Young po­ets at home in land of the free verse

The Weekend Australian - Review - - Books - Christopher Bantick

JOHN Leonard is one of the few pub­lish­ers left in Australia with a be­lief in po­etry. Since 2006, he has pub­lished work from sea­soned voices in­clud­ing Vin­cent Buck­ley (edited by Chris Wal­lace-crabbe), Peter Steele and Mark O’con­nor, along with newer po­ets such as Dan Dis­ney and El­iz­a­beth Camp­bell.

This an­thol­ogy of seven youngish po­ets —- the age range is 28 to 35 — show­cases a lively Aus­tralian verse.

Cer­tainly, the po­ems col­lected un­der­score how tra­di­tional forms have knelt to the dom­i­nance of free verse. Po­etry that com­ments on the per­sonal mytholo­gies of the po­ets may dis­en­gage readers, and there some of that here.

In his lively and as­sertive pref­ace, Leonard writes that there is a ‘‘ fair amount of puffery’’ in the po­etry in­dus­try. Read this as in­dul­gent laud­ing over tri­fling abil­ity. He at­tempts to set a bench­mark: all the po­ets in this an­thol­ogy have pub­lished their sec­ond

is

of vol­ume of verse or are at the point com­plet­ing their sec­ond man­u­script.

Given this serves as a kind of qual­ity con­trol, it is un­usual that Leonard feels he must of­fer a de­fence of free verse: ‘‘ The dance of free verse has al­ways been con­sciously re­assessed and rein­vig­o­rated by its best writ­ers in suc­ceed­ing gen­er­a­tions.’’ Robert Frost was of a dif­fer­ent mind. His with­er­ing re­turn of serve, "I’d as soon as write free verse as play ten­nis with the net down", is per­haps out of play in this com­pany.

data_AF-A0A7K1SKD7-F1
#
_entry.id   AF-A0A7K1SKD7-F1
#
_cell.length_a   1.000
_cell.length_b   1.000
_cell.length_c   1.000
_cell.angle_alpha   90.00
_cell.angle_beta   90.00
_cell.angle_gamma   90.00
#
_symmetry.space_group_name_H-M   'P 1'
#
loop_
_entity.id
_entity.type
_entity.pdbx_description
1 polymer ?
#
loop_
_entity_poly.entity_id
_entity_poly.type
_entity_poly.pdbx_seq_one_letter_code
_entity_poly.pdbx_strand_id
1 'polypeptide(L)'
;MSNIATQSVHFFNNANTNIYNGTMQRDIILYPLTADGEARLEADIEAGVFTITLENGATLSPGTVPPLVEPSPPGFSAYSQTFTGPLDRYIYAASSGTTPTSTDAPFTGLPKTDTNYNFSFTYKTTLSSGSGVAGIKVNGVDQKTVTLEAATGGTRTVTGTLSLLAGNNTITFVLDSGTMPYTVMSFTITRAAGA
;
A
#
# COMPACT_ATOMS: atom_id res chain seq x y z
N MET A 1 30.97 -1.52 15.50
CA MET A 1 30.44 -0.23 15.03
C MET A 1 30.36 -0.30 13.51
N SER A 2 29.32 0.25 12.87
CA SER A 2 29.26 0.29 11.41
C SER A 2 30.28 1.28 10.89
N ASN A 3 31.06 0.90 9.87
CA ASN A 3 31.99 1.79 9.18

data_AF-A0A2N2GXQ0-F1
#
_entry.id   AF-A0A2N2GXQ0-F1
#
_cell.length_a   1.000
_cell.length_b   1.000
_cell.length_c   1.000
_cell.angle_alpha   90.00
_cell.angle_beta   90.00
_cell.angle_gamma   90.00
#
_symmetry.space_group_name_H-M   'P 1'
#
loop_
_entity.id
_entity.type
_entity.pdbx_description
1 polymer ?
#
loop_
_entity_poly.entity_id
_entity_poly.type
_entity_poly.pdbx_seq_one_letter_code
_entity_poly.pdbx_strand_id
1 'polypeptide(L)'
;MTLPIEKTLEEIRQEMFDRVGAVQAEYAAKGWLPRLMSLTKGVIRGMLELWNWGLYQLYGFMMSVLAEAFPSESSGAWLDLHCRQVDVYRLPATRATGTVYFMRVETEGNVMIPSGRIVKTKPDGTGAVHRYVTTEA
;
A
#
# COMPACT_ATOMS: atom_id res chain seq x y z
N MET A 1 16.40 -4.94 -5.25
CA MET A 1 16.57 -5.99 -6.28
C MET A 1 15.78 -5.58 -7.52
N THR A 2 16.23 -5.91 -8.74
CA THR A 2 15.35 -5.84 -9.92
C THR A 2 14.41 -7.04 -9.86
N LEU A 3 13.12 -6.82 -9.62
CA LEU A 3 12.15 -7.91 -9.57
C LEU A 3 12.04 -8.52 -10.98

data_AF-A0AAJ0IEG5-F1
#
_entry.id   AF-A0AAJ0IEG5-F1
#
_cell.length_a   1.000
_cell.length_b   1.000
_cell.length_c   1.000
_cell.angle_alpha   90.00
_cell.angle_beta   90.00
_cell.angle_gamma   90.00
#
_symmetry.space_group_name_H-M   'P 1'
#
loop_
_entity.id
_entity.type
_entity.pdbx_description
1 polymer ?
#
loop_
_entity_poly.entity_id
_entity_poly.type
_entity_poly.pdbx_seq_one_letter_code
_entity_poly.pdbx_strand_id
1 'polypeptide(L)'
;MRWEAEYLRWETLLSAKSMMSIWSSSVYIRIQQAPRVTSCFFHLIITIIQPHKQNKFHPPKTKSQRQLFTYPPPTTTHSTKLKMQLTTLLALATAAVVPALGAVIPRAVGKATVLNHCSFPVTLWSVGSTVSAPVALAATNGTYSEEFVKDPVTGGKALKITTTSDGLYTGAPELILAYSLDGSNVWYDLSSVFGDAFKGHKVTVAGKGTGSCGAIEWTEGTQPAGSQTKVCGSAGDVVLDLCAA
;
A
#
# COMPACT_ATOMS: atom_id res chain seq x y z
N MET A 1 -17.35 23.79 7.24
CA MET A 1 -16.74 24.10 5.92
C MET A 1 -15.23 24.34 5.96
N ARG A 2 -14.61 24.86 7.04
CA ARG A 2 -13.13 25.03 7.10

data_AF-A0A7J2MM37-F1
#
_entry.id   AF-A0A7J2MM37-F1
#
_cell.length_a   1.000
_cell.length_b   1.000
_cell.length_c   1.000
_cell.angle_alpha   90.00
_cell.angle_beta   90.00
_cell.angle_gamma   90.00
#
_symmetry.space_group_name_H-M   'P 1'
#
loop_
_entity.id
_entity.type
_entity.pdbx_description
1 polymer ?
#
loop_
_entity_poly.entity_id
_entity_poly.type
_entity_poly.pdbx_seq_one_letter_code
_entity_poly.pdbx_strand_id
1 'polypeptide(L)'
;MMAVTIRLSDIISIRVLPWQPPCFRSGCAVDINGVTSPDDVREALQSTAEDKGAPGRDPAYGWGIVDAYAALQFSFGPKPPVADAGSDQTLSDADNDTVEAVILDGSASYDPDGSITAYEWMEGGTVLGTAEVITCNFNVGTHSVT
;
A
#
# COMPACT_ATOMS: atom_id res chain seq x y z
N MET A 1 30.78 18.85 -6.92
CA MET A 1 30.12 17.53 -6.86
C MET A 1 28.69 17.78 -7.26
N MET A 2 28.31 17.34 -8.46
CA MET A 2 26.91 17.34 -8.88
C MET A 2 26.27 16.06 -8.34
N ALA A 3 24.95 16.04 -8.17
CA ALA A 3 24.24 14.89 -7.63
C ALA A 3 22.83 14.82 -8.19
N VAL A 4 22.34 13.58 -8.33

The seven po­ets — Camp­bell, Bonny Cas­sidy, Sarah Hol­land-batt, L. K. Holt, Graeme Miles, Si­mon West and Pe­tra White — dance on com­mon ground: how to quan­tify con­tem­po­rary ex­pe­ri­ence and ex­plore its emo­tional seep­age.

Col­lec­tively, their po­ems are full of youth­ful en­ergy and the vi­brant lan­guage of a restive gen­er­a­tion try­ing to make its mark. There is also more than a lit­tle res­o­nance of Michael Drans­field’s quip: ‘‘ To be a poet in Australia is the ul­ti­mate com­mit­ment.’’

But if youth’s re­mit is to ques­tion, then Camp­bell takes up the chal­lenge in In­ferno: ‘‘ What is a soul made of/ when it is made? Each soul an im­age/ of its poet, test-run.’’ There’s a sim­i­lar search­ing in Lon­gi­tude

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